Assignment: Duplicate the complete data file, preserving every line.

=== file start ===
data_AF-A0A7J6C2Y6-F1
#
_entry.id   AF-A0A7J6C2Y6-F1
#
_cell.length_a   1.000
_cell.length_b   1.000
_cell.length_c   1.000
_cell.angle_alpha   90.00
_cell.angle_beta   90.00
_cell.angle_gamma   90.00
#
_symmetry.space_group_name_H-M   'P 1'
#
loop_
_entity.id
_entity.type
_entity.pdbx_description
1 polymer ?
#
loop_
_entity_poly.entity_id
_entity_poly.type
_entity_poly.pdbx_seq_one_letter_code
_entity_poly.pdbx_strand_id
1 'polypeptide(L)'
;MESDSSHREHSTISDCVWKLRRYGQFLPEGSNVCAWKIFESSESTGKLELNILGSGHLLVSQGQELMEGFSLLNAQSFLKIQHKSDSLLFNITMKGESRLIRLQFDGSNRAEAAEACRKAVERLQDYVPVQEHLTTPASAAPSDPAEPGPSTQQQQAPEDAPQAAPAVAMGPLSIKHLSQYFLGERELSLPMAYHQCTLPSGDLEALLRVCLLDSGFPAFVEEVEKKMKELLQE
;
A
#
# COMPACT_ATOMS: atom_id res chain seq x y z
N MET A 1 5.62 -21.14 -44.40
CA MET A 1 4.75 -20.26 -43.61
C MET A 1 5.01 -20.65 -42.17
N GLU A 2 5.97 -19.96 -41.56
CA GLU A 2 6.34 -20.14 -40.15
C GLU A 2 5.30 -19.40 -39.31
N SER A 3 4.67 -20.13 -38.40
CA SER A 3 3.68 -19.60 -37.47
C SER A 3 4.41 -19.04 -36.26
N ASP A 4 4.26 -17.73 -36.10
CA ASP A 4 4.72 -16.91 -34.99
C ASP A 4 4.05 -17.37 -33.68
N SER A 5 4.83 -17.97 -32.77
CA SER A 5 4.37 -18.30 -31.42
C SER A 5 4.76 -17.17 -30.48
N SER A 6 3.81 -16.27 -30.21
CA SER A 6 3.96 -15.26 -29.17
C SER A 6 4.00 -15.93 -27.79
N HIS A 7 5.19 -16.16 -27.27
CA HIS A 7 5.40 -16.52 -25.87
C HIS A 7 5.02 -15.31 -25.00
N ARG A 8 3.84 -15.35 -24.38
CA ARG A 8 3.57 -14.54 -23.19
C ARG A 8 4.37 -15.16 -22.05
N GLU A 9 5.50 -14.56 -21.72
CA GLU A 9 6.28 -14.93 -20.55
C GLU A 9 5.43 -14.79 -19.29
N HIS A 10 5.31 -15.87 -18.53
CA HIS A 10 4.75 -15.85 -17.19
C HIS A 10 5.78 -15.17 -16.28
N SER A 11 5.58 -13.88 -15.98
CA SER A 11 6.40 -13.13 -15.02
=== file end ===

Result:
data_AF-A0A7J6C2Y6-F1
#
_entry.id   AF-A0A7J6C2Y6-F1
#
_cell.length_a   1.000
_cell.length_b   1.000
_cell.length_c   1.000
_cell.angle_alpha   90.00
_cell.angle_beta   90.00
_cell.angle_gamma   90.00
#
_symmetry.space_group_name_H-M   'P 1'
#
loop_
_entity.id
_entity.type
_entity.pdbx_description
1 polymer ?
#
loop_
_entity_poly.entity_id
_entity_poly.type
_entity_poly.pdbx_seq_one_letter_code
_entity_poly.pdbx_strand_id
1 'polypeptide(L)'
;MESDSSHREHSTISDCVWKLRRYGQFLPEGSNVCAWKIFESSESTGKLELNILGSGHLLVSQGQELMEGFSLLNAQSFLKIQHKSDSLLFNITMKGESRLIRLQFDGSNRAEAAEACRKAVERLQDYVPVQEHLTTPASAAPSDPAEPGPSTQQQQAPEDAPQAAPAVAMGPLSIKHLSQYFLGERELSLPMAYHQCTLPSGDLEALLRVCLLDSGFPAFVEEVEKKMKELLQE
;
A
#
# COMPACT_ATOMS: atom_id res chain seq x y z
N MET A 1 5.62 -21.14 -44.40
CA MET A 1 4.75 -20.26 -43.61
C MET A 1 5.01 -20.65 -42.17
N GLU A 2 5.97 -19.96 -41.56
CA GLU A 2 6.34 -20.14 -40.15
C GLU A 2 5.30 -19.40 -39.31
N SER A 3 4.67 -20.13 -38.40
CA SER A 3 3.68 -19.60 -37.47
C SER A 3 4.41 -19.04 -36.26
N ASP A 4 4.26 -17.73 -36.10
CA ASP A 4 4.72 -16.91 -34.99
C ASP A 4 4.05 -17.37 -33.68
N SER A 5 4.83 -17.97 -32.77
CA SER A 5 4.37 -18.30 -31.42
C SER A 5 4.76 -17.17 -30.48
N SER A 6 3.81 -16.27 -30.21
CA SER A 6 3.96 -15.26 -29.17
C SER A 6 4.00 -15.93 -27.79
N HIS A 7 5.19 -16.16 -27.27
CA HIS A 7 5.40 -16.52 -25.87
C HIS A 7 5.02 -15.31 -25.00
N ARG A 8 3.84 -15.35 -24.38
CA ARG A 8 3.57 -14.54 -23.19
C ARG A 8 4.37 -15.16 -22.05
N GLU A 9 5.50 -14.56 -21.72
CA GLU A 9 6.28 -14.93 -20.55
C GLU A 9 5.43 -14.79 -19.29
N HIS A 10 5.31 -15.87 -18.53
CA HIS A 10 4.75 -15.85 -17.19
C HIS A 10 5.78 -15.17 -16.28
N SER A 11 5.58 -13.88 -15.98
CA SER A 11 6.40 -13.13 -15.02